Well now, the whole 'History' section is a somewhat abbreviated version which conveniently leaves out the whole history of the changes to and from the name 'EXIT'. I know DiD would prefer these events to be forgotten, or now not known, but they are an integral part of the history of the organisation, and Wikipedia should not be the instrument of some Stalinist revision of history. I doubt any printed source can be referenced, and libel laws would need to be negotiated, but I am sure for example - the publication of 'A Guide To Self Deliverance' June 1979 - June 1981, which resulted in the membership growing at 1,000 a month to 10,000; the replacing of 11 of the 12 strong committee by an EGM on 18th October 1980; the trials of the Secretary Nicholas Reed and Mark Lyons for aiding and abetting suicide and the guilty verdicts on 30 October 1981; and the eventual overthrow of the radical Committee by instituting a postal vote, should be covered. See http://news.bbc.co.uk/onthisday/hi/dates/stories/october/30/newsid_2465000/2465183.stm. Nicholas Reed went on to found the Friends of West Norwood Cemetery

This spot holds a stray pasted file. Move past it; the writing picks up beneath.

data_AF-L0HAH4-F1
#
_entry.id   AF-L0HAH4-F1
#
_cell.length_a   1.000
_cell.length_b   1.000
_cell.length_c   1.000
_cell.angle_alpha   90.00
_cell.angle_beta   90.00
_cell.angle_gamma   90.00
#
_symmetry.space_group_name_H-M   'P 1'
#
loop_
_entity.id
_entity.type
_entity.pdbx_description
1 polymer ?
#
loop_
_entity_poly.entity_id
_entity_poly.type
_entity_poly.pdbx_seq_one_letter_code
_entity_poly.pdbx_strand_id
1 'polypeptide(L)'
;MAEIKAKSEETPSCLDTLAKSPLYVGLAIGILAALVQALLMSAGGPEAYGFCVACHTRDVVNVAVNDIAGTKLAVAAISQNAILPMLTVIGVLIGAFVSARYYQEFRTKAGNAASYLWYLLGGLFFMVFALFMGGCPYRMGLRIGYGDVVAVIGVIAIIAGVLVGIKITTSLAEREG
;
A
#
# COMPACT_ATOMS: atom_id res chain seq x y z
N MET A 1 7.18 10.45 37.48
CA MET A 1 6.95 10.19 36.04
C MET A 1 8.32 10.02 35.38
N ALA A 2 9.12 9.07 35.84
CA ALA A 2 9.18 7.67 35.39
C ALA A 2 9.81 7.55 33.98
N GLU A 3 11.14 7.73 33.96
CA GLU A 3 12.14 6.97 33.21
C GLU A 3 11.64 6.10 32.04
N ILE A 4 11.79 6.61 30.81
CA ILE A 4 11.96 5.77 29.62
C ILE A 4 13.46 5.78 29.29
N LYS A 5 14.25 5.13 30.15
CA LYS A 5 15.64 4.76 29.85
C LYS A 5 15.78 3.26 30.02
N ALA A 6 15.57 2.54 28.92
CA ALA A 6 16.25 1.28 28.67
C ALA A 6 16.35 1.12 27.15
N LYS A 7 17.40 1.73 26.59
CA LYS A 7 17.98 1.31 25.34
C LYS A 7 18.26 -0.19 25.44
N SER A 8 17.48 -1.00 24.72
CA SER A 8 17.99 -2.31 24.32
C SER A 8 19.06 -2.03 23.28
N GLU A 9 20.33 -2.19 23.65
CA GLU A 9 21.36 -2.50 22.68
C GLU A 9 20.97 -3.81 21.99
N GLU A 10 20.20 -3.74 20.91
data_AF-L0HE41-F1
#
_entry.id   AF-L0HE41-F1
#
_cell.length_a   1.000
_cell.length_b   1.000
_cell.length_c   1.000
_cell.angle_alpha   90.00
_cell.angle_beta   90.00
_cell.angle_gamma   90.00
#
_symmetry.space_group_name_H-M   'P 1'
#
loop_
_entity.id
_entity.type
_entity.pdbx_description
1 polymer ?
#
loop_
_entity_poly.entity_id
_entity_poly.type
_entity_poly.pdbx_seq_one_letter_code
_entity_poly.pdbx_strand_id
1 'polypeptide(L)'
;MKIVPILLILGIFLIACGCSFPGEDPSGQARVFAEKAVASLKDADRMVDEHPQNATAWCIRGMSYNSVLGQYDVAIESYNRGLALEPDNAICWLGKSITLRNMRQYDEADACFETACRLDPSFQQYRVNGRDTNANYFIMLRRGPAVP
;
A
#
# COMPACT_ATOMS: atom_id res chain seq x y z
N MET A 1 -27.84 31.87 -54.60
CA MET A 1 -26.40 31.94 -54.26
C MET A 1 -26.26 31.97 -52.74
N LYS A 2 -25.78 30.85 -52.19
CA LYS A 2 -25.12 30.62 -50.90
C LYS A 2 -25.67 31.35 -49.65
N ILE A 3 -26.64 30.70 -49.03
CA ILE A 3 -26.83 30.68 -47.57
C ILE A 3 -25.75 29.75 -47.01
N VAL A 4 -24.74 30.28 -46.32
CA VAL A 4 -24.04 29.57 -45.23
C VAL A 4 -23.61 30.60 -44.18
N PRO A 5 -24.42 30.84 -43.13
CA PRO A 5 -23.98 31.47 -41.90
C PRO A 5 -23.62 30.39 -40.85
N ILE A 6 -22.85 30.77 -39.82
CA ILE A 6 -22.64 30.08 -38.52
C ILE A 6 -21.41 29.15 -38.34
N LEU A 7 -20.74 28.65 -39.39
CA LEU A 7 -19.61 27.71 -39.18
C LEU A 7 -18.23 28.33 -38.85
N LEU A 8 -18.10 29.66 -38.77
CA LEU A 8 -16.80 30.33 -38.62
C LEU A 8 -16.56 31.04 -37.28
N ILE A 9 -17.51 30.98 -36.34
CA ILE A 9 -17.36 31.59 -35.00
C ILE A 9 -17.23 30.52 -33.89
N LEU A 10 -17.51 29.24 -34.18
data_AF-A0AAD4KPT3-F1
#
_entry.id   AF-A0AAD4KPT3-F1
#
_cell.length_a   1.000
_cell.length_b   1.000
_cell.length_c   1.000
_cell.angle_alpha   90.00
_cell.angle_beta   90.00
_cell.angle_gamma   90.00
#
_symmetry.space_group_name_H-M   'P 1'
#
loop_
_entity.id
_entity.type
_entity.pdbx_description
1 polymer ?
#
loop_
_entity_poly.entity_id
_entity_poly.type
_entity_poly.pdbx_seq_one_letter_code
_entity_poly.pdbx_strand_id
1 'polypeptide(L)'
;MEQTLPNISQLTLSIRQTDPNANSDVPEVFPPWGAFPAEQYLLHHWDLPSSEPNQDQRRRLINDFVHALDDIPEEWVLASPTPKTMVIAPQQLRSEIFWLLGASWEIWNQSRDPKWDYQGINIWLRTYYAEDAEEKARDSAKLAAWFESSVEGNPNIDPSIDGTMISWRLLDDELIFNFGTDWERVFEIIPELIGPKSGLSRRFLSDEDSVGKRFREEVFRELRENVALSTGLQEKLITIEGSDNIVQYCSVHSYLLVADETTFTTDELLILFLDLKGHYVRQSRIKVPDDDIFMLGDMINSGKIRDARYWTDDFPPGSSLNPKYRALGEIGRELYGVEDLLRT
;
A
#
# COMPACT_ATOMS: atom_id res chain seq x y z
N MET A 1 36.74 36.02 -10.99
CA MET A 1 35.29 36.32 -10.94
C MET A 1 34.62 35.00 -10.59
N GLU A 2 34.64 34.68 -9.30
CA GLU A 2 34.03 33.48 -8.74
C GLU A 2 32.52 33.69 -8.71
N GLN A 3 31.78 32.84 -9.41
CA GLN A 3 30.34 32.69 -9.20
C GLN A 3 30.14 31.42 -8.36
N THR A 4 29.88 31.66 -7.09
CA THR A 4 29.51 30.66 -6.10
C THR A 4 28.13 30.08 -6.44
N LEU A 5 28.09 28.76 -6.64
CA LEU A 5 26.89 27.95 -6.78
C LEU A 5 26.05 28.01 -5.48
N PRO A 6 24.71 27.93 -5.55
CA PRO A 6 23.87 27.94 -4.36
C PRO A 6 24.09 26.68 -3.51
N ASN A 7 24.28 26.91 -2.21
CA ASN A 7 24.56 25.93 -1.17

[In fact I see that 'A Guide To Self Deliverance' itself gives a calendar of its publishing history, but it is probably not in any libraries]
Name change source justification
I am editing the history section slowly and have found inconsistency between sources. The book by A.B. Downing and Barbara Smoker 'Voluntary Euthanasia' lists the switch from 'Voluntary Euthanasia Legalization Society' (VELS) to 'Euthanasia Society' as happening in 1960 while the Kemp source (p. 154) lists it as changing to the 'Euthanasia Society' at the 1955 AGM citing a document "CMAC/SA/VES/A.11 AR 1955, p. 4", a document in the Voluntary Euthanasia Society Archives held at the Contemporary Medical Archives Centre, Wellcome Institute for the History of Medicine, Euston Road, London (as cited p.56 in Kemp).